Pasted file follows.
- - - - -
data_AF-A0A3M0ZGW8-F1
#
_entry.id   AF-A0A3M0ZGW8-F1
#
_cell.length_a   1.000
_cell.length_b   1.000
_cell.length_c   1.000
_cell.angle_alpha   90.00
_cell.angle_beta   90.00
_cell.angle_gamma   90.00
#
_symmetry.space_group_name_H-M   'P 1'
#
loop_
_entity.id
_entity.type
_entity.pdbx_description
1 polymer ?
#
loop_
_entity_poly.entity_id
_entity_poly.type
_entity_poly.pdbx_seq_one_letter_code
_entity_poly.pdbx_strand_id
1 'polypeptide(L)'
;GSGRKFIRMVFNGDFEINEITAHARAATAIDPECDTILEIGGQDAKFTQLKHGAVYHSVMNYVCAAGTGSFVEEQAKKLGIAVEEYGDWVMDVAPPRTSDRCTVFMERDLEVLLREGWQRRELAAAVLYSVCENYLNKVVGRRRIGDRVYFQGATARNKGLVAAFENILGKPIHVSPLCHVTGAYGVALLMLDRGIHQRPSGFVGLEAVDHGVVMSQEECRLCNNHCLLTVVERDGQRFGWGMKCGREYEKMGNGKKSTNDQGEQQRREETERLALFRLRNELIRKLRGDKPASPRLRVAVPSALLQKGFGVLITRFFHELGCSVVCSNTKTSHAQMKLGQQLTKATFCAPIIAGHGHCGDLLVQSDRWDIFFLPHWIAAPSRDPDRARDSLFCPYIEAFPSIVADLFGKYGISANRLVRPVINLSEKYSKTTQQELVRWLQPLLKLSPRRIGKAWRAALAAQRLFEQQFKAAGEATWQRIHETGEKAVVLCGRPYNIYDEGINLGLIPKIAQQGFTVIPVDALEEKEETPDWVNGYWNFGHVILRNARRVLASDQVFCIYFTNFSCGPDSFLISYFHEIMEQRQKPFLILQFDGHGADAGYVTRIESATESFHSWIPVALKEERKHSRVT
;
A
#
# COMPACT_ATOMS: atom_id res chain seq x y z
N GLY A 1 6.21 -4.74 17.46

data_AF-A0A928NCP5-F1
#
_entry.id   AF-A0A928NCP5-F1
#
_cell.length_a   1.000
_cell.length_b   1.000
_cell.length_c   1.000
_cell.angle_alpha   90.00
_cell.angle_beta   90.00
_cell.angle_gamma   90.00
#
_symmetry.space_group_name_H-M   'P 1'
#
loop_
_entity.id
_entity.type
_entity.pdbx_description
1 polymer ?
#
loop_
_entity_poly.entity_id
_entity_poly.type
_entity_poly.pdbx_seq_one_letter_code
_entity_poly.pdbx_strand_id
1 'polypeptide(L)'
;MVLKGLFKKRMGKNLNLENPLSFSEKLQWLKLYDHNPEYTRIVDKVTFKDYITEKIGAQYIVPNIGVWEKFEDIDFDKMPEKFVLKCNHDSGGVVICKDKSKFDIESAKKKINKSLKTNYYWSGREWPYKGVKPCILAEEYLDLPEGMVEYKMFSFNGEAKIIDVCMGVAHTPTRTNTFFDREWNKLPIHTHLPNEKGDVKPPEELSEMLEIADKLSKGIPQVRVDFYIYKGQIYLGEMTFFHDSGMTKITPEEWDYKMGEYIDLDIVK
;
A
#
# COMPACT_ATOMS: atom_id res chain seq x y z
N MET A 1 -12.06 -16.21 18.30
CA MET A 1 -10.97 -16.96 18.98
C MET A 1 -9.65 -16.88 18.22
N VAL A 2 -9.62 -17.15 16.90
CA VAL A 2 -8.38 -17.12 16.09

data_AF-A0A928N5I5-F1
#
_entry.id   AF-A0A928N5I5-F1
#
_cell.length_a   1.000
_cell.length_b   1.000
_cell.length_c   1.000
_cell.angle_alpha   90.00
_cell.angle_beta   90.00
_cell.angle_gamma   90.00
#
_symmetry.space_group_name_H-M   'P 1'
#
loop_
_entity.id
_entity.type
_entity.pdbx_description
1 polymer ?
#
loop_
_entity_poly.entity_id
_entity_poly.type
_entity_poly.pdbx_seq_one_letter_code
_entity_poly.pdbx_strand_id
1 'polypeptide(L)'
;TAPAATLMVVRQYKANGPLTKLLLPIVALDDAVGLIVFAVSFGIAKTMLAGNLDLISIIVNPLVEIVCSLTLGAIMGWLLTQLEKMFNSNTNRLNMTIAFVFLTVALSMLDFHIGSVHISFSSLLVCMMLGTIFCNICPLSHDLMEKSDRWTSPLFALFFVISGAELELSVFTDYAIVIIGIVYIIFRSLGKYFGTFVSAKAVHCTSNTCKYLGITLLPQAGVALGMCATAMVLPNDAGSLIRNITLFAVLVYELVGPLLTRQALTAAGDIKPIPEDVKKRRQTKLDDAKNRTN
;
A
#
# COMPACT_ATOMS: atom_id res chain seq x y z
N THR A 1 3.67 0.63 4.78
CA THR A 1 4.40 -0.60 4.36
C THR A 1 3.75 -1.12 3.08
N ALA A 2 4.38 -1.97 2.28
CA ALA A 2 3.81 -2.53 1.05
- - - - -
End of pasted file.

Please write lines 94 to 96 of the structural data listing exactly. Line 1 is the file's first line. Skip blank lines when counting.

A
#
# COMPACT_ATOMS: atom_id res chain seq x y z